tag backup will recognize them as the same. If you are backing up
both in the same run, it will name the second one with an _001 in
the file name, the third with _002 and so on. If these have
different tag data you will not be able to correctly restore them,
they would all be restored from the backup file with _000 in the
file name. Therefor it is a good idea to look through your backup
directories for any files called tag_xxx_001.mp3 and eliminate the
duplicates from your library.
If you have two copies of the same song file and you back them up
in separate tagbkup runs, the second will overwrite the first,
unless you use the "-n" option (see below).
The -c1, -c2, -cm options can be used to combine two mp3 files
together, as long as they have the same characteristics, for
tagbkup -c2 "song_2.mp3" "combined.mp3"
tagbkup -cm "song_1.mp3" "combined.mp3"
tagbkup -cm -c1 "song_2.mp3" "combined.mp3"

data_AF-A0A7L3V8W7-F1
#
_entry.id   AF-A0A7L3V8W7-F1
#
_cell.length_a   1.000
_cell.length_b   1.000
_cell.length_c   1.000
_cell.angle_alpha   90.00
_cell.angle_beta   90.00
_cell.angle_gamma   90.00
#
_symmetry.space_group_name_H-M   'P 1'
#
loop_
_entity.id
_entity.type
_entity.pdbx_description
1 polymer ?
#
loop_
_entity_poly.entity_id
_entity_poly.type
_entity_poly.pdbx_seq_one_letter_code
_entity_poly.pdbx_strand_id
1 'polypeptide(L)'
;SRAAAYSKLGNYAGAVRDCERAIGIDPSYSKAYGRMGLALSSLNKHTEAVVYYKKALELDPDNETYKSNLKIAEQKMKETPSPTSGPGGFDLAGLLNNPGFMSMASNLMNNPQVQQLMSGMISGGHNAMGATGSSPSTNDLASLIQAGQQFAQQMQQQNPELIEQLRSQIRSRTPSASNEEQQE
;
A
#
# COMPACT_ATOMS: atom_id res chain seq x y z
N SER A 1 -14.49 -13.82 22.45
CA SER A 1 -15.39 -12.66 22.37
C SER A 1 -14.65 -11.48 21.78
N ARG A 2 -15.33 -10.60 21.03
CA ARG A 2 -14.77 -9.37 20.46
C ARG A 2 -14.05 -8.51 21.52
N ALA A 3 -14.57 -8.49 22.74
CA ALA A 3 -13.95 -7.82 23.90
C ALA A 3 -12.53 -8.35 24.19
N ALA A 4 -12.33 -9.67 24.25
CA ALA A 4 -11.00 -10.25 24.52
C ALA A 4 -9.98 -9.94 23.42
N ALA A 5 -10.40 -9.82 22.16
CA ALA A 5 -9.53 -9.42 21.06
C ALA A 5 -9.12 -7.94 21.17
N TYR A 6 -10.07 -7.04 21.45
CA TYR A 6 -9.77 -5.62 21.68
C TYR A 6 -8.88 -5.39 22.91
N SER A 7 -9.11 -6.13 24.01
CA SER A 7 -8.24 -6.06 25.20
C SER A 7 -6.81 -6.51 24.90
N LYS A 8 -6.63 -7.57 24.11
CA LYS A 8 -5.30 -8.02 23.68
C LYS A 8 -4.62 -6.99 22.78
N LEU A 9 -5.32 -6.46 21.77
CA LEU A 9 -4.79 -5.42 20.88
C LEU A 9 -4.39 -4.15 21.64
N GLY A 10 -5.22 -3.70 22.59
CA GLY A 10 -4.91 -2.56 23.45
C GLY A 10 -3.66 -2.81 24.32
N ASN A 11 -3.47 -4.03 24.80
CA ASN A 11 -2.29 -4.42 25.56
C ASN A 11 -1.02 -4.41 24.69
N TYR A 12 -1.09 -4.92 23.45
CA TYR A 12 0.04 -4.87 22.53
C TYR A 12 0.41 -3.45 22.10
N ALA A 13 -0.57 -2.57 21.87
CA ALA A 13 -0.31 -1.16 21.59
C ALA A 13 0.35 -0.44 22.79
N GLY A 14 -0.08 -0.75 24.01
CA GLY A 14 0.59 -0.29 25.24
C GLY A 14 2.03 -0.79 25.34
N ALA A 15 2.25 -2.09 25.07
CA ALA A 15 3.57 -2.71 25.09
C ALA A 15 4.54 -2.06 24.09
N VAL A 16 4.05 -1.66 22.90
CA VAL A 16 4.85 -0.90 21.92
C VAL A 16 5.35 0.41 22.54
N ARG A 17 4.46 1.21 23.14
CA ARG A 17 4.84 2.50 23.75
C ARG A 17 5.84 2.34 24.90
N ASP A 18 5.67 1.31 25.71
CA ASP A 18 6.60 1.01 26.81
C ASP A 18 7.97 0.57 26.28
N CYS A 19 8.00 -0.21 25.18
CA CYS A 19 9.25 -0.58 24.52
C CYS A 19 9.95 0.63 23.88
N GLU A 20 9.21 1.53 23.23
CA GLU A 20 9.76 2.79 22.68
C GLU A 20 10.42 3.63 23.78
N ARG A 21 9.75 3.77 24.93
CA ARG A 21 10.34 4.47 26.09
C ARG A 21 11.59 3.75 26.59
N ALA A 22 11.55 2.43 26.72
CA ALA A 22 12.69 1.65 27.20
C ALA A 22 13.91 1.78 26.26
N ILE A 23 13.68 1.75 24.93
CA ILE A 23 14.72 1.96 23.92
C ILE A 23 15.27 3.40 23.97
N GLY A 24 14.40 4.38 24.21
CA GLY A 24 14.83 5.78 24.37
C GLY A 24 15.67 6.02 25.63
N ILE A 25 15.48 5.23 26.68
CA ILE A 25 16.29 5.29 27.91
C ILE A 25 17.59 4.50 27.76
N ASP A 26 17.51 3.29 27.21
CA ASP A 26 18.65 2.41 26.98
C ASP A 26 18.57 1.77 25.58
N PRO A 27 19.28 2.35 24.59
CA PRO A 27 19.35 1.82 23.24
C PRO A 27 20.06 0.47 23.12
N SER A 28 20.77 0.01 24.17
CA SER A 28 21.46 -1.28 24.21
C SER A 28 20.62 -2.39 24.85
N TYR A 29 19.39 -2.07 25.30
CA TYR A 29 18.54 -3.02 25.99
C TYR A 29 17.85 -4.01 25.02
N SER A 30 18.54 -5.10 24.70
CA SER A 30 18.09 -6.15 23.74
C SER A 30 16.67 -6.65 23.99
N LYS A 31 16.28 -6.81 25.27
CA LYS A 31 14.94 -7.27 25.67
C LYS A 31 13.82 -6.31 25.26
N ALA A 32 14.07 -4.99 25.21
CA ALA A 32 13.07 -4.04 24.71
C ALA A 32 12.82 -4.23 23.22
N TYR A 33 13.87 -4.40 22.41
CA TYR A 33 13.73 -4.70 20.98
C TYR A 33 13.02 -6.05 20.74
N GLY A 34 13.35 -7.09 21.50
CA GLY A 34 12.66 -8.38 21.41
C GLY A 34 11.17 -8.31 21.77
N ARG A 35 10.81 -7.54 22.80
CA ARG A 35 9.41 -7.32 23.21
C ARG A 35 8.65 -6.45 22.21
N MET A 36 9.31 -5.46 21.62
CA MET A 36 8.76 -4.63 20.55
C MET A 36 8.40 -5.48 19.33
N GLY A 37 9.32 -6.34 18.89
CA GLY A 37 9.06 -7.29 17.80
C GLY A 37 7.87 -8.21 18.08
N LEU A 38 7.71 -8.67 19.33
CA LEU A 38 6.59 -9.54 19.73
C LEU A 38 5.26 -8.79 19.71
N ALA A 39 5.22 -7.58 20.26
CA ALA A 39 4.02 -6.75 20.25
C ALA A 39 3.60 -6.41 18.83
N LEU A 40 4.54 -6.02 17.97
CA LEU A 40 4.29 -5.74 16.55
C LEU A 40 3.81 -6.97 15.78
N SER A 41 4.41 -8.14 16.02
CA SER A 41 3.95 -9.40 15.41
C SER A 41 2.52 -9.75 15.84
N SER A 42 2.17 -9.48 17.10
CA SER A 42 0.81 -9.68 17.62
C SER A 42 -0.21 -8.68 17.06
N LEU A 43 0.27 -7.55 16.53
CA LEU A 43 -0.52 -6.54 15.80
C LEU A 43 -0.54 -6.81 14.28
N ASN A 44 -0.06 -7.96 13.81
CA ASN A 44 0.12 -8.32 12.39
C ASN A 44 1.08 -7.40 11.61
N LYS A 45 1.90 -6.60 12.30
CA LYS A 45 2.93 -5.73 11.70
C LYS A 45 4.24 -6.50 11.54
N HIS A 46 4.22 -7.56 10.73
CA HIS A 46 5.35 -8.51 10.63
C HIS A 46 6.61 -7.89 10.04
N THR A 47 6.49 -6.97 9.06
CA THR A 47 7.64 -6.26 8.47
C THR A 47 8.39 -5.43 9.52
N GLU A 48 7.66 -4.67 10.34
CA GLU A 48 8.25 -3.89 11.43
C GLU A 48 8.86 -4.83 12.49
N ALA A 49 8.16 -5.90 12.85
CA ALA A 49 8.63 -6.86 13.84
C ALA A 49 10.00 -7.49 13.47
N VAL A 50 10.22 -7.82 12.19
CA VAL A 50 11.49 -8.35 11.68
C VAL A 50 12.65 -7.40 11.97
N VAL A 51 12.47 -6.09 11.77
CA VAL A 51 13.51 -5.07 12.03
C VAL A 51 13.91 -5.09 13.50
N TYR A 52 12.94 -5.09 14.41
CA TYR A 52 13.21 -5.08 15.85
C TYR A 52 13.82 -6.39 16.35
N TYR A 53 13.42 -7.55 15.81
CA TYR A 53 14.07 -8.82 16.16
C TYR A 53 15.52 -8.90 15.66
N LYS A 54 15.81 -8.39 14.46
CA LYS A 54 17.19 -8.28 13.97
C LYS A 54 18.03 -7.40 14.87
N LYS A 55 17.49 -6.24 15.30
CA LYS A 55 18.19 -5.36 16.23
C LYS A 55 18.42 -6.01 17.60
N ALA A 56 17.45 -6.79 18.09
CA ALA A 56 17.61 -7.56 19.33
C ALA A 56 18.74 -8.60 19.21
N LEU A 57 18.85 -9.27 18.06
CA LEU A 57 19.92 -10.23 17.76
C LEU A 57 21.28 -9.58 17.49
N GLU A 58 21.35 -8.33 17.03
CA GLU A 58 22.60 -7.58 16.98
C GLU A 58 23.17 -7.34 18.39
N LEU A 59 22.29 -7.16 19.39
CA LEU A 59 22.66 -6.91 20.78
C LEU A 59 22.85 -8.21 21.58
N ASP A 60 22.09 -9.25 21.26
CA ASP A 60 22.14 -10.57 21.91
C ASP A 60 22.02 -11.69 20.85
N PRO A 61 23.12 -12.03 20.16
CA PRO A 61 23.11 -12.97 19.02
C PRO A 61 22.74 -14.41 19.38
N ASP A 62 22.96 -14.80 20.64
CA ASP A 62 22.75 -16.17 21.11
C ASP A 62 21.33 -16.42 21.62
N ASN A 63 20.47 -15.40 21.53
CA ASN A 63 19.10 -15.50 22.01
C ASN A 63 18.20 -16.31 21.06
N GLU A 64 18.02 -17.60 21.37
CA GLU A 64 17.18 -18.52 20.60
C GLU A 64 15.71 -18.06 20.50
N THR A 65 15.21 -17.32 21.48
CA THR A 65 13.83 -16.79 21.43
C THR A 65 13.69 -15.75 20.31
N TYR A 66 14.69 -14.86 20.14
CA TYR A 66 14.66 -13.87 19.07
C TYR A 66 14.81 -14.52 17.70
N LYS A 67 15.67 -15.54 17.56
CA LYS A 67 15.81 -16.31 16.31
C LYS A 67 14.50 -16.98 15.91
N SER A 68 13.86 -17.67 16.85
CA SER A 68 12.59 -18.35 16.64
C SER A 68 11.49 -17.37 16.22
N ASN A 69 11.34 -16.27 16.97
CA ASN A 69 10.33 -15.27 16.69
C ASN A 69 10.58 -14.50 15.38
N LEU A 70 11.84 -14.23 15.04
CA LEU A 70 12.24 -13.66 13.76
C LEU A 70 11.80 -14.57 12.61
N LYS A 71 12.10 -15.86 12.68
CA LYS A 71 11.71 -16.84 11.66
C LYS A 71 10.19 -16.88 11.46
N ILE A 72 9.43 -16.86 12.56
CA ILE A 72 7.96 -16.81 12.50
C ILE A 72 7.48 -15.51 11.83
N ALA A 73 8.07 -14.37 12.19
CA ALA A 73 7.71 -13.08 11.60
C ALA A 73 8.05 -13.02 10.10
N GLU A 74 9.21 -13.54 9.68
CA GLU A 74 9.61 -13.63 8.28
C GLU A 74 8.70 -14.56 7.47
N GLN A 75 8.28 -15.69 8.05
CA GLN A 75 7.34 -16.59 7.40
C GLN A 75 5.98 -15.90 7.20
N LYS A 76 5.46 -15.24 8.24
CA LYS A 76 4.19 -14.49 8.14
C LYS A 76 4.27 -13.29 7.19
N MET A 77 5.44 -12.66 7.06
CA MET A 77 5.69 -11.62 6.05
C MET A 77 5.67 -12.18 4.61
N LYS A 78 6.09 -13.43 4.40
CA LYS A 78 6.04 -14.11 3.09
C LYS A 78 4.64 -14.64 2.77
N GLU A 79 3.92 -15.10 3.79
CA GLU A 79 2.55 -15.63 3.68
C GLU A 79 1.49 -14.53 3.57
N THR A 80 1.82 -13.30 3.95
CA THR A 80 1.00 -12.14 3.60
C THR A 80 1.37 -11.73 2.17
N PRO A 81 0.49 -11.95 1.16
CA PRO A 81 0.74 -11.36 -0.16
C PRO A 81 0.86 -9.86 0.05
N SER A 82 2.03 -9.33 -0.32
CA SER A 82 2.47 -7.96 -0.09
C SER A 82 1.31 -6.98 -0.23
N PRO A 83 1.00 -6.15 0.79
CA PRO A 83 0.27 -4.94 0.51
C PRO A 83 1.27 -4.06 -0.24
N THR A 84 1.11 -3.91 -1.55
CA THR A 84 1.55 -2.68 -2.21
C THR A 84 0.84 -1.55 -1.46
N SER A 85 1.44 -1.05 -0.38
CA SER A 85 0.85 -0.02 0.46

This assumes the combined file gets the tags from song 2. Remember that
the ID3V2 tag must be at the front of the file, then the music data, then the
Usage Typing the tagbkup command with no parameters will
list out the available options.
Usage: tagbkup [options] filename ... backupdir
Backup tags from mp3 files to the directory that is mentioned
in the last parameter. Any tags that are already up to date in
that directory are not copied.
Restore tags from the directory that is mentioned in the last
parameter to the mp3 files listed before it. Any mp3 file whose
tag was not backed up to that directory will not be restored.
Copy tags from mp3 files to like named mp3 files in backupdir
or copy tags from an mp3 file to another mp3 file, where the
output mp3 file name is supplied instead of backupdir.
Append ID3V1 tag from mp3 file to output file.
Copy ID3V2 tag from mp3 file to output file, overwriting
Append mp3 data without tags from mp3 file to output file. If
the output file does not exist it is created. This can be used
to strip tags off a file.
Copy restored mp3 files to this directory. Since restoring tags
always involves copying the whole mp3 file you can save time
here. If you have your mp3 files on a cd and want to restore
them to the hard drive and restore their tags you can do this
at the same time. In this case the file listing of mp3 files
would be the contents of the CD and the desired hard drive
place would be in the '-d' parameter.
Test - no copying of data. This is useful to get a preview of
what will be done in a backup or restore
Verbose. This lists every input file and whether it was backed
up, restored, etc.